Kang Y, et al. CRISPR/Cas9-mediated Dax1 knockout in the monkey recapitulates human AHC-HH. Hum Mol Genet. 2015;24(25):7255–64.CrossRefGoogle Scholar
  6. 6.
    Chan AWS, Chong KY, Martinovich C, Simerly C, Schatten G. Transgenic Monkeys Produced by Retroviral Gene Transfer into Mature Oocytes. Science. 2001;291(12):309–12.CrossRefGoogle Scholar
  7. 7.
    Yang SH, et al. Towards a transgenic model of Huntington's disease in a non-human primate. Nature. 2008;453(7197):921–4.CrossRefGoogle Scholar
  8. 8.
    Chan AW, Yang SH. Generation of transgenic monkeys with human inherited genetic disease. Methods. 2009;49(1):78–84.CrossRefGoogle Scholar
  9. 9.
    Nemudryi AA, Valetdinova KR, Medvedev SP, Zakian SM. TALEN and CRISPRCas Genome Editing Systems Tools of Discovery. Acta Nat. 2014;6(3):22.Google Scholar
  10. 10.
    Pu J, et al. Utilization of TALEN and CRISPR/Cas9 technologies for gene targeting and modification. Exp Biol Med (Maywood). 2015;240(8):1065–70.CrossRefGoogle Scholar
  11. 11.
    Zhao H, Jiang YH, Zhang YQ. Modeling autism in non-human primates: opportunities and challenges. Autism Res. 2018;11(5):686–94.CrossRefGoogle Scholar
  12. 12.
    Ding F, et al. Development of a stable, early stage unilateral model of Parkinson's disease in middle-aged rhesus monkeys. Exp Neurol. 2008;212(2):431–9.CrossRefGoogle Scholar
  13. 13.
    Chen Y, et al. Functional disruption of the dystrophin gene in rhesus monkey using CRISPR/Cas9. Hum Mol Genet. 2015;24(13):3764–74.CrossRefGoogle Scholar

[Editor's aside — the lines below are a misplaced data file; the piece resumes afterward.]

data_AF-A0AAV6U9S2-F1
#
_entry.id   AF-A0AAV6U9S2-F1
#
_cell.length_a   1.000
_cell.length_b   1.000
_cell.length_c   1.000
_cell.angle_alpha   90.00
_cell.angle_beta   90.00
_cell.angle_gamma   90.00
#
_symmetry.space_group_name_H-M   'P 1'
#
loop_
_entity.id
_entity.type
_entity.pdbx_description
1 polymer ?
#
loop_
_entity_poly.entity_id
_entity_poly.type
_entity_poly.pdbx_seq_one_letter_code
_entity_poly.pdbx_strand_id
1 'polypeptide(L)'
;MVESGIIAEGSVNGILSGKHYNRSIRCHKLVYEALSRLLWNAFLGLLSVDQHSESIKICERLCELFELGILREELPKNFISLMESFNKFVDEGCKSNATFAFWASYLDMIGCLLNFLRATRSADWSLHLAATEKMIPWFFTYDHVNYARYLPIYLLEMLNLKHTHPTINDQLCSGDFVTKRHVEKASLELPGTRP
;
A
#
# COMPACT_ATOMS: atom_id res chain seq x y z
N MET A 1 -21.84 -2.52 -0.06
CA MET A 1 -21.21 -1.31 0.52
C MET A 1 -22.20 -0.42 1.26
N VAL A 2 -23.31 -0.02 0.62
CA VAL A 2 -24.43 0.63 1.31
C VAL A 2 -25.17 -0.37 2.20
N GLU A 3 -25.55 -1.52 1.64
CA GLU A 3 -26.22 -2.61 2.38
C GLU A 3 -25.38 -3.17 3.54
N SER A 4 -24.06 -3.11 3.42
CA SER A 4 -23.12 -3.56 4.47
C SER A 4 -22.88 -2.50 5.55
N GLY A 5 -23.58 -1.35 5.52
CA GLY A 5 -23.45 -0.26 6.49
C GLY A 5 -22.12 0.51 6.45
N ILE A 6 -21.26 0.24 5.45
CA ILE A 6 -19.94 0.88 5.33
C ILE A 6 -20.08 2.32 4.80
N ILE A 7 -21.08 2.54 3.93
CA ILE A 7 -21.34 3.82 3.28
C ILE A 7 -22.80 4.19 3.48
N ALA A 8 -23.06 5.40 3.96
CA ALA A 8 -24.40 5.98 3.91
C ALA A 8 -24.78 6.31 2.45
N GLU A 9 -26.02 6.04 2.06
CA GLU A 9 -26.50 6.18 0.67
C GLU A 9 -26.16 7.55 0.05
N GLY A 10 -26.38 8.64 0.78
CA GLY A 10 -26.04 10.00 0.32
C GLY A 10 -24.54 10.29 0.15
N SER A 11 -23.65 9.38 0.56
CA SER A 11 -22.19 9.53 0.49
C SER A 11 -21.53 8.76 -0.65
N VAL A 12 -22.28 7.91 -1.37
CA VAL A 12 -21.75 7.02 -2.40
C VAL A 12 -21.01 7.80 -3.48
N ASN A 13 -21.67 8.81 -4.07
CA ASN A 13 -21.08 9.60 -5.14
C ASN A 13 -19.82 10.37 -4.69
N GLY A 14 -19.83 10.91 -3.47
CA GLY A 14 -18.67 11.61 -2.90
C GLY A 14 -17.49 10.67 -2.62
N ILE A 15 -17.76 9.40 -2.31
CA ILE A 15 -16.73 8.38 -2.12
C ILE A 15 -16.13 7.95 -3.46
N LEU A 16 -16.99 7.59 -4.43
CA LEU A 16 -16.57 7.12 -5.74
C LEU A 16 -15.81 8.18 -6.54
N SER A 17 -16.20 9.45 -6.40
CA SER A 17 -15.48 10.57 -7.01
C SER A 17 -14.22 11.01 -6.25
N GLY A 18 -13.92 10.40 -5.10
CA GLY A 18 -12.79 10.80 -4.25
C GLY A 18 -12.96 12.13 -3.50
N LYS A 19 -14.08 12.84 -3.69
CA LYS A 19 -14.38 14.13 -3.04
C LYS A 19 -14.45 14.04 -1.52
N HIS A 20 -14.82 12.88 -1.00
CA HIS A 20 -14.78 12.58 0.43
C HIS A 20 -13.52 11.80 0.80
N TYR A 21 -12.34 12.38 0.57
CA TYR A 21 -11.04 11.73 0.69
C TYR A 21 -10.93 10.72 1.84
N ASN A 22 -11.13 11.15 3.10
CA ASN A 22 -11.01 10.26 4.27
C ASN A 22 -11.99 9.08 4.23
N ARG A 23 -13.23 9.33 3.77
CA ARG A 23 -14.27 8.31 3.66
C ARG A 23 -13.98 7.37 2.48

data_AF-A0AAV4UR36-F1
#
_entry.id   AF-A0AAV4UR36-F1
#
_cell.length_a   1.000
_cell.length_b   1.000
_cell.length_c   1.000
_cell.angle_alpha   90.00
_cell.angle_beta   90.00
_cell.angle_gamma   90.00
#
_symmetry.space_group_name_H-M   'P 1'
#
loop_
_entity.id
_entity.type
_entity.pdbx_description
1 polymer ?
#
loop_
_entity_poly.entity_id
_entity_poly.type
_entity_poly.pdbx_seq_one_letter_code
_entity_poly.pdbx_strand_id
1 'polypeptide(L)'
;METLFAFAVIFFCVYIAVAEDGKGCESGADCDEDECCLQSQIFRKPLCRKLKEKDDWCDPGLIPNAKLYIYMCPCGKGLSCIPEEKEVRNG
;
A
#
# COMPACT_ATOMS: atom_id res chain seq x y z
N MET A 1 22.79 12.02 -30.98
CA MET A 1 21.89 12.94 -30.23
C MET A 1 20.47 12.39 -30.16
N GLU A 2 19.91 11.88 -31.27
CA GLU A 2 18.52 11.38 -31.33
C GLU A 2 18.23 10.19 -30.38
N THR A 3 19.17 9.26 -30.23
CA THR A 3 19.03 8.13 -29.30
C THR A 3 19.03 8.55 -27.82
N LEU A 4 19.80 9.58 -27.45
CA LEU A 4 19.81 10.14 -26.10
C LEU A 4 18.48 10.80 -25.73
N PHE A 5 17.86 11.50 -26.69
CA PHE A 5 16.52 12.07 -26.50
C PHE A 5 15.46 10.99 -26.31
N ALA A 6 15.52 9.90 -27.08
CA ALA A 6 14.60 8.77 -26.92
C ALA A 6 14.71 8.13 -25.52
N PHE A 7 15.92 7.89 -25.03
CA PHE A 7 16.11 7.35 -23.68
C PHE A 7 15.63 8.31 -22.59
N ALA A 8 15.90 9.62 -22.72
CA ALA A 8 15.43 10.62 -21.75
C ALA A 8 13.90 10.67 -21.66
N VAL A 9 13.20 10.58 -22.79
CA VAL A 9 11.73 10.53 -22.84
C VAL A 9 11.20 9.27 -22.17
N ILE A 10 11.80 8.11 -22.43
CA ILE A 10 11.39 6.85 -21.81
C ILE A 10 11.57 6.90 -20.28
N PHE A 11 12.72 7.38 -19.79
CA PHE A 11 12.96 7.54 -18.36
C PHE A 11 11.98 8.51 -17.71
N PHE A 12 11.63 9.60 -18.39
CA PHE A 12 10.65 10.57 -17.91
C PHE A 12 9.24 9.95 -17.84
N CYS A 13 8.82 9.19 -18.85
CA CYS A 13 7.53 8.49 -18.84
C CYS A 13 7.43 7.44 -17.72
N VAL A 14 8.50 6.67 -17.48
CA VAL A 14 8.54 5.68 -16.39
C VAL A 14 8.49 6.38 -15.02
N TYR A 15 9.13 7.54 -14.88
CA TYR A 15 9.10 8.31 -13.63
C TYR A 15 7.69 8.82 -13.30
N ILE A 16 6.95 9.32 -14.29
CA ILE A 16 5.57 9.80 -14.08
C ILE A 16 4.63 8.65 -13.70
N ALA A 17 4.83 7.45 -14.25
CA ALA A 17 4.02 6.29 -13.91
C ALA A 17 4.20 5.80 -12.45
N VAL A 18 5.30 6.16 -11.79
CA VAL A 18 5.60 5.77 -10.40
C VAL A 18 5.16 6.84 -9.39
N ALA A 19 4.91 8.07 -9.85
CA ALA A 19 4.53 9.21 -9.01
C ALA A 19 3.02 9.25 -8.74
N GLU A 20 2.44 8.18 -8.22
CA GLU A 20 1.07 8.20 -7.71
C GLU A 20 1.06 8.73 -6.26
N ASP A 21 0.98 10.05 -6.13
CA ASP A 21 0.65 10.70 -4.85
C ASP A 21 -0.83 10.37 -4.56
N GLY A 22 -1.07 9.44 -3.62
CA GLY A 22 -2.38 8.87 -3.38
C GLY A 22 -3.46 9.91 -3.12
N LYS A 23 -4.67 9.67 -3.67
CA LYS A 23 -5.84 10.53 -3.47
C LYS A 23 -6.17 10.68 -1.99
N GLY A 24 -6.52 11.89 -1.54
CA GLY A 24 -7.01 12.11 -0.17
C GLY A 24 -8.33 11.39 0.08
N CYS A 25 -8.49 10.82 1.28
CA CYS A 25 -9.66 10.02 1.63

14. 14.
    Ousterout DG, Gersbach CA. The development of TALE nucleases for biotechnology. Methods Mol Biol. 2016;1338:27–42.CrossRefGoogle Scholar
  15. 15.
    Sakuma T, et al. MMEJ-assisted gene knock-in using TALENs and CRISPR-Cas9 with the PITCh systems. Nat Protoc. 2016;11(1):118–33.CrossRefGoogle Scholar
  16. 16.
    Osborn MJ, et al. TALEN-based gene correction for epidermolysis bullosa. Mol Ther. 2013;21(6):1151–9.CrossRefGoogle Scholar
  17. 17.
    Sun N, et al. Optimized TAL effector nucleases (TALENs) for use in treatment of sickle cell disease. Mol BioSyst. 2012;8(4):1255–63.CrossRefGoogle Scholar
  18. 18.
    Voit RA, et al. Nuclease-mediated gene editing by homologous recombination of the human globin locus. Nucleic Acids Res. 2014;42(2):1365–78.CrossRefGoogle Scholar
  19. 19.
    Ma N, et al. Transcription activator-like effector nuclease (TALEN)-mediated gene correction in integration-free beta-thalassemia induced pluripotent stem cells. J Biol Chem. 2013;288(48):34671–9.CrossRefGoogle Scholar
  20. 20.
    Choi SM, et al. Efficient drug screening and gene correction for treating liver disease using patient-specific stem cells. Hepatology. 2013;57(6):2458–68.CrossRefGoogle Scholar
  21. 21.
    Shin J, Chen J, Solnica-Krezel L. Efficient homologous recombination-mediated genome engineering in zebrafish using TALE nucleases. Development. 2014;141(19):3807–18.CrossRefGoogle Scholar
  22. 22.
    Chu VT, et al. Efficient generation of Rosa26 knock-in mice using CRISPR/Cas9 in C57BL/6 zygotes. BMC Biotechnol. 2016;16:4.CrossRefGoogle Scholar
  23. 23.
    Yang D, et al. Identification and characterization of rabbit ROSA26 for gene knock-in and stable reporter gene expression. Sci Rep. 2016;6:25161.CrossRefGoogle Scholar
  24. 24.